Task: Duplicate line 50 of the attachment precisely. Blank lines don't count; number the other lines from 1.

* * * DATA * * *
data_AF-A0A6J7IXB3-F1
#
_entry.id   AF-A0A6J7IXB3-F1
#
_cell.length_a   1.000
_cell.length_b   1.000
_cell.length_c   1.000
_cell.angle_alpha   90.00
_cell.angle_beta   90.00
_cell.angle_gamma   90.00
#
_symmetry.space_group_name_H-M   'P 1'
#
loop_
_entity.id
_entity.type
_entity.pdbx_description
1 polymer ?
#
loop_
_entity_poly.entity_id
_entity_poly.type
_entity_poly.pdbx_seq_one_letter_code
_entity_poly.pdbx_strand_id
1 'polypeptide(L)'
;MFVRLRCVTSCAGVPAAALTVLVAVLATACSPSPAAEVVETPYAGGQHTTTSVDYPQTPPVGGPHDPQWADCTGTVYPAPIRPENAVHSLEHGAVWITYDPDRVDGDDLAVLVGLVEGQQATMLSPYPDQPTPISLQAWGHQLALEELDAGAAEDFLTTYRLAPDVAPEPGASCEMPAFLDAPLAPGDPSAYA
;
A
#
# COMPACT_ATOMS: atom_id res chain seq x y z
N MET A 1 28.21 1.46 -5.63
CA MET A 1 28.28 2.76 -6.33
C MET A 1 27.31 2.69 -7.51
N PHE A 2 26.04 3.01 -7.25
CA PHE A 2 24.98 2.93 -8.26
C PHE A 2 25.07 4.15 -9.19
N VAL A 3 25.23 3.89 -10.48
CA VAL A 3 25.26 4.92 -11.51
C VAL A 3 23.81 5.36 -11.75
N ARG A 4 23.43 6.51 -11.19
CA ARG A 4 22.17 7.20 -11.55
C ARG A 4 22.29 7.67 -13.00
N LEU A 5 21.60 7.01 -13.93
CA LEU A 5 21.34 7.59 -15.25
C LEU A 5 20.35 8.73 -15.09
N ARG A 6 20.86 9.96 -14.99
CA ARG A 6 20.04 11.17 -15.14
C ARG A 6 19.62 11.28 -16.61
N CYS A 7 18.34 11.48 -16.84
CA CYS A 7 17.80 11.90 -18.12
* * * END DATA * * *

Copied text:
CA CYS A 7 17.80 11.90 -18.12